The Sound of a Wild Snail Eating is a memoir of Bailey’s observation of nature while dealing with a life-threatening illness. One of the species she studies is the Neohelix albolabris -a common woodland snail. Bedridden from her illness, Bailey discovers comfort and admiration from a creature whose new home is on her bed stand, from both being confined to a small place in the world. This memoir holds many lessons and observations that inspire us to appreciate being fully alive. 

7. ‘The Shell Collector’ by Anthony Doerr

book cover

image via amazon

This collection of short stories was one of my favorite books I read last year. it is filled with magical realism and themes of how we interact with nature. These stories are imaginative with a wide range of characters and settings. From the African coast, to the pine forest of Montana, Doerr explores how nature reflects the delicacy, beauty, and crushing realities of both humanity and nature. 

 

I hope these nature centered books inspire you to celebrate the complex and beautiful inter-workings of our planet!

featured image via Smithsonianmag.com

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Pulitzer Prize-Winning Reporter and Author Tony Horwitz Dies at 60

Author, historian and reporter Tony Horwitz passed away on Monday after suddenly collapsing while on his book tour. The Vineyard Gazette was the first to report that the author died at the age of sixty.

 

Image Via Twitter

 

Born on June 6th 1958, Horwitz is a well-renowned reporter who used to work for The Wall Street Journal. His reporting on the devastating working conditions of low-wage jobs won him the Pulitzer Prize in 1995.

Horwitz was also well-known for his non-fiction books. One of his most popular works is Confederates In The Attic, where he travels across different states to chronicle the lives of Civil War re-enactors. The bulk of his writing blends past and present together to help talk about the current issues we face today.

 

Image Via Amazon

 

His latest book was Spying on the South: An Odyssey Across The American Divide. It traces the legacy of Frederick Law Olmsted, a reporter for the up-and-coming New York Times who goes undercover in the deep South to document the lives of Southerners. The book fused Olmsted’s work with Horwitz’s own travels across the country in order to make sense of our polarized political climate. He was scheduled to read an excerpt from the book at the Politics and Prose bookstore in Washington today.

Image Via The Wall Street Journal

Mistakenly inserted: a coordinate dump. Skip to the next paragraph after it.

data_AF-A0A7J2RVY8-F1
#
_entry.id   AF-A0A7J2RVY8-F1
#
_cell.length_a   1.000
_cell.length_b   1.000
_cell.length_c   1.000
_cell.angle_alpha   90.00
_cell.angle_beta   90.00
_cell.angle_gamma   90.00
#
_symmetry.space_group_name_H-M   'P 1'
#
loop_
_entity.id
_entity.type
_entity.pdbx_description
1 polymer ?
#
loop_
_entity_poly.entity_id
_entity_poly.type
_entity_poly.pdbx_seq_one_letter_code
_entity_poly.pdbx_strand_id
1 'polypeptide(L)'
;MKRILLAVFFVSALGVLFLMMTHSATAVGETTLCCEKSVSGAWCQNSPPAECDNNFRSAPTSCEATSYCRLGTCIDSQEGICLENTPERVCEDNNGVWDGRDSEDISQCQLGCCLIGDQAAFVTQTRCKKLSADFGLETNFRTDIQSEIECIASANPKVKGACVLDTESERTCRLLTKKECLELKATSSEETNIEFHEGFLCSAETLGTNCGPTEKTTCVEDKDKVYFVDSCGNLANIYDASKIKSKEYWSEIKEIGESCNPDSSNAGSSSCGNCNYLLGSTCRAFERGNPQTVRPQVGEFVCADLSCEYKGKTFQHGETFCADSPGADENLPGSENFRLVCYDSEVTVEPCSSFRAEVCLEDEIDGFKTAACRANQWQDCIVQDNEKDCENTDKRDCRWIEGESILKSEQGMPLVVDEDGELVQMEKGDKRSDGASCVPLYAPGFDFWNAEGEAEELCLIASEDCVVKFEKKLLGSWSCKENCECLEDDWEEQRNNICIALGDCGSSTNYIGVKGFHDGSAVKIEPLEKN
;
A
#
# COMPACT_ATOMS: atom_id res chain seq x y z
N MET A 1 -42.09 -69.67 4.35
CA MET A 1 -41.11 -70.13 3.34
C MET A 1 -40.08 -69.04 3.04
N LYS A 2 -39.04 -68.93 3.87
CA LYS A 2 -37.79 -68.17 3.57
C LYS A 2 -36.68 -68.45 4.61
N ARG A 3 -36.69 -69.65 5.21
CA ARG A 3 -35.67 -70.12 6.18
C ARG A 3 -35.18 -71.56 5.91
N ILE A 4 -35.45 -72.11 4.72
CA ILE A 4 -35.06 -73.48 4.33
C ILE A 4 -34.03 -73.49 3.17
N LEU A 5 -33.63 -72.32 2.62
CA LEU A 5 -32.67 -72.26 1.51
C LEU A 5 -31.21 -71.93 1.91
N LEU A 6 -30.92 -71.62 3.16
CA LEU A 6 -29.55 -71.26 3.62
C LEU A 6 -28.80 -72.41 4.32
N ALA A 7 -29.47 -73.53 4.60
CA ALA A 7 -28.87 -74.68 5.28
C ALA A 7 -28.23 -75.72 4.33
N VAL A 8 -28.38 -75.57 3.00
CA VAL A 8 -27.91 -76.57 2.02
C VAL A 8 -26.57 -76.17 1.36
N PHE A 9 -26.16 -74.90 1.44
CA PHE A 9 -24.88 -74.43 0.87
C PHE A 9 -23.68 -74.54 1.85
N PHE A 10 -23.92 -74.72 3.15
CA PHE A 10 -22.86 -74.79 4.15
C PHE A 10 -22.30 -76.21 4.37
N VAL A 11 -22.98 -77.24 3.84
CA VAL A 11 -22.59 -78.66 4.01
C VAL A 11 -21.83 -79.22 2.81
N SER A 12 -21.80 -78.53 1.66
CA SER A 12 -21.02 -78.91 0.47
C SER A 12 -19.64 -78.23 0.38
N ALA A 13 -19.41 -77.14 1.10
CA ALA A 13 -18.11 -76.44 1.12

He is survived by his wife, Pulitzer Prize-winning writer Geraldine Brooks who won the award for her novel March, which tells the story of Little Women through the point-of-view of the absent father Mr. March.

 

 

Featured Image Via Martha’s Vineyard Magazine

The 2019 Pulitzer Prize Winners Have Been Announced!

The winners of the 2019 Pulitzer Prize winners have been announced and it looks let the winners knocked it out of the park. Best fiction was won by The Overstory by Richard Powers, drama was won by Fairview by Jackie Sibblies Drury, biography by The New Negro: The Life of Alain Locke by Jeffrey Stewart, and nonfiction was won by Amity and Prosperity: One Family and the Fracturing of America by Eliza Griswold. The awards represent strength of diversity for the winner, with the books covering black history, the American Dream, the fracturing of ideals, activism, and more. Further awards included prizes for The New York Times, The Washington Post, and The Wall Street Journal.

 

A picture of the Pulitzer Prize

Image Via Columbia News

Here is the full list of winners:

Editorial cartooning

Darrin Bell, a freelance cartoonist

Breaking-news photography

Photography staff of Reuters

Feature photography

Lorenzo Tugnoli of The Washington Post

Special citation

Staff of the Capital Gazette

BOOKS, DRAMA AND MUSIC

Fiction

The Overstory by Richard Powers

Drama

Fairview by Jackie Sibblies Drury

History

Frederick Douglass by David W. Blight

Biography or autobiography

The New Negro by Jeffrey C. Stewart

Poetry

“Be With” by Forrest Gander

General nonfiction

“Amity and Prosperity” by Eliza Griswold

Music

“p r i s m” by Ellen Reid

Special citation

Aretha Franklin

Congratulations to all the winners!

 

 

Featured Image Via The Washington Post